8 bold predictions on Google's next moves
Insiders offer their insights on the Internet behemoth.
Computerworld - There's little doubt that Google Inc. is indeed king of online media. In August 2007 alone, Google captured 57% of worldwide market share among search engines, with more than 37 billion search inquiries, according to analyst firm comScore Inc. in Reston, Va. Add to that a mind-boggling stock price of $711 per share on Nov. 5. Not surprisingly, this dominance has led to endless rumors about where Google is headed next.
Dozens of blogs feed the rumor mill daily, and speculation about Google's next move ranges from stories of an undersea cable to Asia to talk about the upcoming gPhone, new data centers and a Google virtual world.
Only Google knows for sure -- but Google watchers have their own educated guesses on the company's next business maneuver. They're going out on a limb with some bold predictions for 2008 and beyond.
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In its quest for more advertising revenue, the company might acquire more-traditional media properties.
"They'll move into radio and television at some point," says Rob Enderle, principle analyst at Enderle Group in San Jose. And if that happens, media buyers would take their advertising dollars to Google first to leverage its multimedia offerings. "I'm not yet convinced that they'll buy a network," Enderle adds, "but that's a possibility" -- as is the purchase of a group of radio stations that Google could aggressively shift to an online delivery model that could enhance the value of its advertising package. At the very least, he says, Google will partner with media outlets for exclusive relationships to secure its revenue stream.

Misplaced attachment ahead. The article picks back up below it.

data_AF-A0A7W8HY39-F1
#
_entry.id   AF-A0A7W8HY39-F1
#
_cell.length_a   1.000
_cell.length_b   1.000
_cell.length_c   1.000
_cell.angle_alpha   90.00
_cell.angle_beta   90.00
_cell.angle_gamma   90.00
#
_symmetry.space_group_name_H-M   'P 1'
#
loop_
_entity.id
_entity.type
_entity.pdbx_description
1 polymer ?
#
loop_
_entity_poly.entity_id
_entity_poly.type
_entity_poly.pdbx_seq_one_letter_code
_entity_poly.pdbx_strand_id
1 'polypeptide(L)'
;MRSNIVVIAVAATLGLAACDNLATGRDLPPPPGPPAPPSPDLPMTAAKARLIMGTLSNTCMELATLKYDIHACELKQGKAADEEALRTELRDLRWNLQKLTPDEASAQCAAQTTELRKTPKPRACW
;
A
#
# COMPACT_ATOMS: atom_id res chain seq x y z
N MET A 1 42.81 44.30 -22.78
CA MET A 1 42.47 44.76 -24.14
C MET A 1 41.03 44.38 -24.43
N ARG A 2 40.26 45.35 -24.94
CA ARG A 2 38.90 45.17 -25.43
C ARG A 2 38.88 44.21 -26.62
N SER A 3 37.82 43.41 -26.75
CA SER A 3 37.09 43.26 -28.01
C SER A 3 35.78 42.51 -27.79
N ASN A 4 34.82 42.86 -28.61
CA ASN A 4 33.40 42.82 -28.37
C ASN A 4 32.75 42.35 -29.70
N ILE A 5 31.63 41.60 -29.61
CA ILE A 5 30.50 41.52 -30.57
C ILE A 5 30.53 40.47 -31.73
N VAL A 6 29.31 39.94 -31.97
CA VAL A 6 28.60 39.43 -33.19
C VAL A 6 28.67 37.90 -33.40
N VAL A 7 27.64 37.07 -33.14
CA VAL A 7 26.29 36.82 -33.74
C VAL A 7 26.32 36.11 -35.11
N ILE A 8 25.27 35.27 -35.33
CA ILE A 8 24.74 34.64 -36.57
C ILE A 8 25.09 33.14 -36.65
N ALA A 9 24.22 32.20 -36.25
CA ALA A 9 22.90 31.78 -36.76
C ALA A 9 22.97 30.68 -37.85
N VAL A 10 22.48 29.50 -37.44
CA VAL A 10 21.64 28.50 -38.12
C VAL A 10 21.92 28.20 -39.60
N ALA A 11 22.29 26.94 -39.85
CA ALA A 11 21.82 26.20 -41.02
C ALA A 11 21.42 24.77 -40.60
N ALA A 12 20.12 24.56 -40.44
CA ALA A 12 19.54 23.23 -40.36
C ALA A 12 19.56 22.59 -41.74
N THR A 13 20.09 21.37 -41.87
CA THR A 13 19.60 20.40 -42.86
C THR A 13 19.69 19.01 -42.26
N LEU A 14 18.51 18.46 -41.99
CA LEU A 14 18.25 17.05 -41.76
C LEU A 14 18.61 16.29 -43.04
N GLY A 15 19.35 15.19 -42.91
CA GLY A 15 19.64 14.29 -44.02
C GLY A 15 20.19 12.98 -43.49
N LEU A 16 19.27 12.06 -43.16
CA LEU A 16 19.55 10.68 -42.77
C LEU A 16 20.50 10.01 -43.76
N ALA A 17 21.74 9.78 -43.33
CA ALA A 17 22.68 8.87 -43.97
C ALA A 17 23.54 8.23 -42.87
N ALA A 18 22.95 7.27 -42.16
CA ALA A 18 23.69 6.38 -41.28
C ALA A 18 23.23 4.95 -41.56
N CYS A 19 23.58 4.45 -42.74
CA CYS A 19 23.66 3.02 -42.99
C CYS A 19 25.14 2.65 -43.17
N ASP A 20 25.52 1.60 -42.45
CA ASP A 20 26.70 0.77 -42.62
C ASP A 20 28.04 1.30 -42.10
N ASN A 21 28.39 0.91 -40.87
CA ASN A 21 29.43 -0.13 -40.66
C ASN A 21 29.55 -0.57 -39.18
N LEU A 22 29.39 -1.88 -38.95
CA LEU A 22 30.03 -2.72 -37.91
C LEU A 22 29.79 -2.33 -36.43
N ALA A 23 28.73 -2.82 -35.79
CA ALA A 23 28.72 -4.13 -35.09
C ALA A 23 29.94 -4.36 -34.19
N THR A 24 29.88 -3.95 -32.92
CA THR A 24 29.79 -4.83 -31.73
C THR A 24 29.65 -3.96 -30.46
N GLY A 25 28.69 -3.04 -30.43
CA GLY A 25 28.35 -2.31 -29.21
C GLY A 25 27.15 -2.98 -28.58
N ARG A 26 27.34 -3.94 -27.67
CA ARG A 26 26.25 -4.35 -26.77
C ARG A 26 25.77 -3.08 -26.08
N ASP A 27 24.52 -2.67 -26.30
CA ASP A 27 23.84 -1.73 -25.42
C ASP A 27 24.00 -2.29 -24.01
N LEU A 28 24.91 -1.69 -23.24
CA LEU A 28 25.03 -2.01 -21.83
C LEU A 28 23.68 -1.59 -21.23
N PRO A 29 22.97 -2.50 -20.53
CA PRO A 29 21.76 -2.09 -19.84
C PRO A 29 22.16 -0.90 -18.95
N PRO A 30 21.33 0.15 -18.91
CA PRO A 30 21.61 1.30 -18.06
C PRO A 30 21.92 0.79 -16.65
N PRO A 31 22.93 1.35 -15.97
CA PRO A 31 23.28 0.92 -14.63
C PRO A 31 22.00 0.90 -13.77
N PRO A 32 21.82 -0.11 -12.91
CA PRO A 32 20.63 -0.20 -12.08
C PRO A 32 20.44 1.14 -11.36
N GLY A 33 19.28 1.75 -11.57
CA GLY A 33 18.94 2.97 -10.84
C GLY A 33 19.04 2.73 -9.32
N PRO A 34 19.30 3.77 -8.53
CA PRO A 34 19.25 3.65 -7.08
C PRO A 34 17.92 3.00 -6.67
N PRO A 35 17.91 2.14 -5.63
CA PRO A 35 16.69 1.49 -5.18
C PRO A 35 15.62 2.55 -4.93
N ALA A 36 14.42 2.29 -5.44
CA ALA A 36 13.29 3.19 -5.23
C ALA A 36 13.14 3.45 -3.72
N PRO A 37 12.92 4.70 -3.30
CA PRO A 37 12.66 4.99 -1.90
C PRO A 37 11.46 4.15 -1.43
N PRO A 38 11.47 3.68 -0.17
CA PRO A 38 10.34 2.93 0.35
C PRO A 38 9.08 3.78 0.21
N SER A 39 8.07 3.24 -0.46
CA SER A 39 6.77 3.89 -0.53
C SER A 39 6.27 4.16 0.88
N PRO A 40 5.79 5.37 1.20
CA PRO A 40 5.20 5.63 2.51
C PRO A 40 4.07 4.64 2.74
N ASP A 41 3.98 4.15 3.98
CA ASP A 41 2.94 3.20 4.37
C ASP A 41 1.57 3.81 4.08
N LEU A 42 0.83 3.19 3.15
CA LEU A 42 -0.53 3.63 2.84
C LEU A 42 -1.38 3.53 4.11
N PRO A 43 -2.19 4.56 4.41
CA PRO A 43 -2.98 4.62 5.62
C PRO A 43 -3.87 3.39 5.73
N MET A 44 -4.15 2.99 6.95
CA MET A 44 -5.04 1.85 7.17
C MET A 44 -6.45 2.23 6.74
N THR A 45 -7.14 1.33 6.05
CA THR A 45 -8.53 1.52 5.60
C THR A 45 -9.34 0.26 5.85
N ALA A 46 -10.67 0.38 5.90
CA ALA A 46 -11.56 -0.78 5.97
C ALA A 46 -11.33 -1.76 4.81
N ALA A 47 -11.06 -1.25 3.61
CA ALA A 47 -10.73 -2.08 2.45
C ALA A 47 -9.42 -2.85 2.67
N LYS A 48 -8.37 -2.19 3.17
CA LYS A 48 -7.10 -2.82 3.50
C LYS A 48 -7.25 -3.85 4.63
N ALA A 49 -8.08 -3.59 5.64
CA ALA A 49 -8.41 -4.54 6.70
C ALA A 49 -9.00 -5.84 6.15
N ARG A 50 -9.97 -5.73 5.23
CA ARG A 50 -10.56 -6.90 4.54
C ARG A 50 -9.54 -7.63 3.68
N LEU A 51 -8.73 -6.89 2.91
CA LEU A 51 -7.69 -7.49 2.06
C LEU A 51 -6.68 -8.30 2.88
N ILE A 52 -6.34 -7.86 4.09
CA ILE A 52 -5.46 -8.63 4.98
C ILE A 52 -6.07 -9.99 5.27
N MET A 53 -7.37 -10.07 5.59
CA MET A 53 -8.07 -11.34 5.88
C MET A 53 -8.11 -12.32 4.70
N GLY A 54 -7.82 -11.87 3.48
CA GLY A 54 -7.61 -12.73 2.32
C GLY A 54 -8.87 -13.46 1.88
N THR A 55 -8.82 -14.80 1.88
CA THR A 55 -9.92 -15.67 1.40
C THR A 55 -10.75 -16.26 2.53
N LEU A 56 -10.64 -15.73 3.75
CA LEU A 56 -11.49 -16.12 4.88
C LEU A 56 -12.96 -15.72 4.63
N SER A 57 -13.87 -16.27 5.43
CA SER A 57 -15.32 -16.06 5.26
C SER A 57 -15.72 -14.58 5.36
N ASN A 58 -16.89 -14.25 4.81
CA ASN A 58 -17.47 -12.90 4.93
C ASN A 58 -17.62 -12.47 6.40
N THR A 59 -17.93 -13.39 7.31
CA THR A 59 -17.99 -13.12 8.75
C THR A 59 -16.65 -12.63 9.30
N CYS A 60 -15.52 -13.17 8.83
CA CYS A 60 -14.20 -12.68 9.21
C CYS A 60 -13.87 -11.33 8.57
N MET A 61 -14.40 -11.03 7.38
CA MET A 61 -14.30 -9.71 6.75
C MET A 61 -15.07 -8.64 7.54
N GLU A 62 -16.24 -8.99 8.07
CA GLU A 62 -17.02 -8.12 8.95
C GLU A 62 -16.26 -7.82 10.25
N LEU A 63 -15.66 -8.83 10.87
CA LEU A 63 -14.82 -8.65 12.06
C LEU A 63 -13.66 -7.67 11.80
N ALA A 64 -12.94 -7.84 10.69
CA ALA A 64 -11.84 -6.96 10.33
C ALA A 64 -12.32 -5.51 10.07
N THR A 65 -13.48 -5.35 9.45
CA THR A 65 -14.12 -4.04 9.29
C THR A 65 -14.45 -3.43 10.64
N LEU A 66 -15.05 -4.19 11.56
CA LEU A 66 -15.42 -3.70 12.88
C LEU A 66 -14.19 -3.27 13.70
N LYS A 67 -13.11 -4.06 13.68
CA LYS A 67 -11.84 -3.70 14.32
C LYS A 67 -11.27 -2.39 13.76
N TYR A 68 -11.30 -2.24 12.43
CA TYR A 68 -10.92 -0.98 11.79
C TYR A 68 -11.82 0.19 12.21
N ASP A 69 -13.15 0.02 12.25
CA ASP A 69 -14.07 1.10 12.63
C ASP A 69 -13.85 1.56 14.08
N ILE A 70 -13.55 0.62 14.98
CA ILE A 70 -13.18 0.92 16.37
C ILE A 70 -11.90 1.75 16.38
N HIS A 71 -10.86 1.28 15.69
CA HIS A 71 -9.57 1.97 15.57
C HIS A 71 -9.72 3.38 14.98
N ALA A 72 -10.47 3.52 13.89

"Their end goal, if they're successful, is to become bigger and more powerful than the combination of Microsoft, IBM and AT&T in their heyday," Enderle says. "And they actually have a strategy that could do it ... by either taking the [ad] money or trivializing the contributions by the other companies."
2. Get Your Free Google PC
In 2008 and beyond, most of the hardware and services that we now pay for are going to be available from Google for free -- or at drastically reduced prices, says Chris Winfield, president of 10e20 LLC, a global search marketing company based in New York. Cell phones, wireless Internet access and even laptops will all be completely ad-supported. "A lot of people would gladly take a free laptop [in return for watching] some ads every now and then," he adds.
Google has already started down this path. It bought Urchin Web analytics software in March 2005 and then offered portions of it for free to users as Google Analytics. It also rebranded Keyhole 3-D satellite imagery as Google Earth and offered it up for free.
"They do that to get more control and more eyeballs and more people using their products," Winfield says. "It would be the same with a laptop or cell phone."
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